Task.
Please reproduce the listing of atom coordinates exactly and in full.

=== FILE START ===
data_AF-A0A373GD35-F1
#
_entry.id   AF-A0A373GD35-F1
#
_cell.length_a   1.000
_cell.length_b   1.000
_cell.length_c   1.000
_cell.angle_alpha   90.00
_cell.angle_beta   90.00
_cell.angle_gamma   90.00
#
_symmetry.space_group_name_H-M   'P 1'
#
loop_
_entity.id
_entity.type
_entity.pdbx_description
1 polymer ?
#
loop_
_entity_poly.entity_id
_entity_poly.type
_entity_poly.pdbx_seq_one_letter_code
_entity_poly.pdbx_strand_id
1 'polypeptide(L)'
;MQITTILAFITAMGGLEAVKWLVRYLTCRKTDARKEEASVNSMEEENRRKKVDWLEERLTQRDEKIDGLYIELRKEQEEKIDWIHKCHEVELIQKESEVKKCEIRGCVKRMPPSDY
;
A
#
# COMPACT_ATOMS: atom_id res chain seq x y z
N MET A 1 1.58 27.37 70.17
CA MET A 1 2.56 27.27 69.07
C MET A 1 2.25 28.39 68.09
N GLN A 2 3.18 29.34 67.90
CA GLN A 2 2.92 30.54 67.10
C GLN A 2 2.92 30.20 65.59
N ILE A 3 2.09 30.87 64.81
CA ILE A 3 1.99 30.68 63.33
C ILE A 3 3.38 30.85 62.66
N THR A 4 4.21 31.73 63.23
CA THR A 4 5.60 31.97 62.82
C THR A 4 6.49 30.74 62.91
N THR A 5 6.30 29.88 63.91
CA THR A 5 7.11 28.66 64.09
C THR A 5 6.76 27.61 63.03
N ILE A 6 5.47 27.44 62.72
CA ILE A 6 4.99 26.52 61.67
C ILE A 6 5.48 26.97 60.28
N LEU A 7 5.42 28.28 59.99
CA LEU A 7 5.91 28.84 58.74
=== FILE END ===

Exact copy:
data_AF-A0A373GD35-F1
#
_entry.id   AF-A0A373GD35-F1
#
_cell.length_a   1.000
_cell.length_b   1.000
_cell.length_c   1.000
_cell.angle_alpha   90.00
_cell.angle_beta   90.00
_cell.angle_gamma   90.00
#
_symmetry.space_group_name_H-M   'P 1'
#
loop_
_entity.id
_entity.type
_entity.pdbx_description
1 polymer ?
#
loop_
_entity_poly.entity_id
_entity_poly.type
_entity_poly.pdbx_seq_one_letter_code
_entity_poly.pdbx_strand_id
1 'polypeptide(L)'
;MQITTILAFITAMGGLEAVKWLVRYLTCRKTDARKEEASVNSMEEENRRKKVDWLEERLTQRDEKIDGLYIELRKEQEEKIDWIHKCHEVELIQKESEVKKCEIRGCVKRMPPSDY
;
A
#
# COMPACT_ATOMS: atom_id res chain seq x y z
N MET A 1 1.58 27.37 70.17
CA MET A 1 2.56 27.27 69.07
C MET A 1 2.25 28.39 68.09
N GLN A 2 3.18 29.34 67.90
CA GLN A 2 2.92 30.54 67.10
C GLN A 2 2.92 30.20 65.59
N ILE A 3 2.09 30.87 64.81
CA ILE A 3 1.99 30.68 63.33
C ILE A 3 3.38 30.85 62.66
N THR A 4 4.21 31.73 63.23
CA THR A 4 5.60 31.97 62.82
C THR A 4 6.49 30.74 62.91
N THR A 5 6.30 29.88 63.91
CA THR A 5 7.11 28.66 64.09
C THR A 5 6.76 27.61 63.03
N ILE A 6 5.47 27.44 62.72
CA ILE A 6 4.99 26.52 61.67
C ILE A 6 5.48 26.97 60.28
N LEU A 7 5.42 28.28 59.99
CA LEU A 7 5.91 28.84 58.74